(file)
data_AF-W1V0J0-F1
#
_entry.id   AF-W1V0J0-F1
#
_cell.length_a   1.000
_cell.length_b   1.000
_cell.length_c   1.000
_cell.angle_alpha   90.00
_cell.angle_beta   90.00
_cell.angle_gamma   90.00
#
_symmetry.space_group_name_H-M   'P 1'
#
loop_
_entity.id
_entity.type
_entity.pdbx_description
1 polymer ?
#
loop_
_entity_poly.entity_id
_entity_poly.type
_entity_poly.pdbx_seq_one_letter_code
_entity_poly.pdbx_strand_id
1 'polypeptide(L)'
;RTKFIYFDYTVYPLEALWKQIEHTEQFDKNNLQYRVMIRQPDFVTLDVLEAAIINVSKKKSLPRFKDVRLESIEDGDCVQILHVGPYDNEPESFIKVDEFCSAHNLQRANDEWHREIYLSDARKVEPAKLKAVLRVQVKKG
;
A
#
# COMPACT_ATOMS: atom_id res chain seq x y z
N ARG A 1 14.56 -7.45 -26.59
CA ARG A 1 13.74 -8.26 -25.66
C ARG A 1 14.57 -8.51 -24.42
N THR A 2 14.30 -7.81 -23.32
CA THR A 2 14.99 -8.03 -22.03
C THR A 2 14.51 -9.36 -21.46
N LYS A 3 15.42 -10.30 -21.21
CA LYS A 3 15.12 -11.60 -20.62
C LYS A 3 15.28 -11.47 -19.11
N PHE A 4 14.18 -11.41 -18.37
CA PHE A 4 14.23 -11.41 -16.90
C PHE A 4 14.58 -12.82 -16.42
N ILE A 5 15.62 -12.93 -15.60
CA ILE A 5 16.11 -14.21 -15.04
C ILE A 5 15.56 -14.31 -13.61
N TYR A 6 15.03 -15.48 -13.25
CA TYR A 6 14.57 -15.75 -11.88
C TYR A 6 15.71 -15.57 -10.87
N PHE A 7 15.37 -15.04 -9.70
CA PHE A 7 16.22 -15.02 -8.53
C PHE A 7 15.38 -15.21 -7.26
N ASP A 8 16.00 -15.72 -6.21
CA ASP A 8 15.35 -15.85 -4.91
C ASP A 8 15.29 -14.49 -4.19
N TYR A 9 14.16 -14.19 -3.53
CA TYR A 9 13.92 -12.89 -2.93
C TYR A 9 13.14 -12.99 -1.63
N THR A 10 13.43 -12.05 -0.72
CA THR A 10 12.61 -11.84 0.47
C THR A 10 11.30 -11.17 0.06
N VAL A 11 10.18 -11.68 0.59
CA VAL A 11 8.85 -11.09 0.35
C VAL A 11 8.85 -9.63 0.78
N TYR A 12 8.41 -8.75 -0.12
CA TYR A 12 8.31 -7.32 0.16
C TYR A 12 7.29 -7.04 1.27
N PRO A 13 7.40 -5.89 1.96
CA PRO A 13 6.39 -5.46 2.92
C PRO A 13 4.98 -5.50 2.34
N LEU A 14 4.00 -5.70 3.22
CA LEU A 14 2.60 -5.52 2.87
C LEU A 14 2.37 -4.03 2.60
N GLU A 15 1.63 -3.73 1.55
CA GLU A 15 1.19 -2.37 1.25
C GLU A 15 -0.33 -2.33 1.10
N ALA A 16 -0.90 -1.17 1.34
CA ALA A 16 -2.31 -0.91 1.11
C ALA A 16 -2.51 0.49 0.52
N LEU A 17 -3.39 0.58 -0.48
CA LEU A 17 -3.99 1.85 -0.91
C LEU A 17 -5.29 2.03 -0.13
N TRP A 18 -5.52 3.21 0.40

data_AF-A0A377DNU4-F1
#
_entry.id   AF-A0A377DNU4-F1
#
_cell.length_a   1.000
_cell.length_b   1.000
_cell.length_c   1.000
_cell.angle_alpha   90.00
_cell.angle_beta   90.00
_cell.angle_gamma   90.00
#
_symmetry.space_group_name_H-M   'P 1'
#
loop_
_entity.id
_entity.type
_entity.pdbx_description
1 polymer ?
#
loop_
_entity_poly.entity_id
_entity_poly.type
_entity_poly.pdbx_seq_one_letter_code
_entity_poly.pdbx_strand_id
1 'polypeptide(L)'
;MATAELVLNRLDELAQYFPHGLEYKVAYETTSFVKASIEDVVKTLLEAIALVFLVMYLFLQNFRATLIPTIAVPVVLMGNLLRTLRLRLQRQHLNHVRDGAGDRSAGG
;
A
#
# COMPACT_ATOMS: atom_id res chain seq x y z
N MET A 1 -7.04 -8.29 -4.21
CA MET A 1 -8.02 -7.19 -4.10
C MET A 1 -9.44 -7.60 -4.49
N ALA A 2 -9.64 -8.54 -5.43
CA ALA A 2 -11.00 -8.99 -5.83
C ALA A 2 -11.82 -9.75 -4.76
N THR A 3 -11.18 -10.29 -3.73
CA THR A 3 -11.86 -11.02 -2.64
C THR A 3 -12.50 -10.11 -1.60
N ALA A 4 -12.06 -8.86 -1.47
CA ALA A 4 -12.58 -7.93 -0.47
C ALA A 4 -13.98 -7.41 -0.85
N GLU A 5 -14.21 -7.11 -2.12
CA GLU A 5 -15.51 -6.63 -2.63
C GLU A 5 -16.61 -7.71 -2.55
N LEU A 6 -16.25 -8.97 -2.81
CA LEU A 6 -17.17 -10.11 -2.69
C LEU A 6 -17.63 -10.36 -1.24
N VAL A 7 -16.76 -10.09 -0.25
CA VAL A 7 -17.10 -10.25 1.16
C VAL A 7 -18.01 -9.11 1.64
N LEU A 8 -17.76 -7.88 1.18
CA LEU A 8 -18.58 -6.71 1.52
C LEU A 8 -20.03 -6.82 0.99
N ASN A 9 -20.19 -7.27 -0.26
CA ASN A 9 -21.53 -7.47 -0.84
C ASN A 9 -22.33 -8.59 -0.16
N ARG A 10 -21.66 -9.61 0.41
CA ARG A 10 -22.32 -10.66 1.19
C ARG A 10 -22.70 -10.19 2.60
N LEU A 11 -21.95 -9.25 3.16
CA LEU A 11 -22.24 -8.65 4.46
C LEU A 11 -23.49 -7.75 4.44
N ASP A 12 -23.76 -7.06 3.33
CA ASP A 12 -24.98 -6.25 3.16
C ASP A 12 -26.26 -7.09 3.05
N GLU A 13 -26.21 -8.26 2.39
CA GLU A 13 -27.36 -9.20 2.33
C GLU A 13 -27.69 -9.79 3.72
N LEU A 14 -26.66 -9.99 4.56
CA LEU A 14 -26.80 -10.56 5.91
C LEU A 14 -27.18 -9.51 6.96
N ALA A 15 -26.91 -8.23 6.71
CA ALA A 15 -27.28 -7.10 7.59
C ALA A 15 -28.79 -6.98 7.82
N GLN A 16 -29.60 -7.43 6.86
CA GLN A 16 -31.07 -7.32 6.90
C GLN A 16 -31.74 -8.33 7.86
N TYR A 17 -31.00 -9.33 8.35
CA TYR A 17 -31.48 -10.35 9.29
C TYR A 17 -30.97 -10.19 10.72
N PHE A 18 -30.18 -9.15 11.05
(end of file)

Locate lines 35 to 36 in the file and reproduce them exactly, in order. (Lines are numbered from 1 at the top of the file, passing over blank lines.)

CA THR A 2 14.99 -8.03 -22.03
C THR A 2 14.51 -9.36 -21.46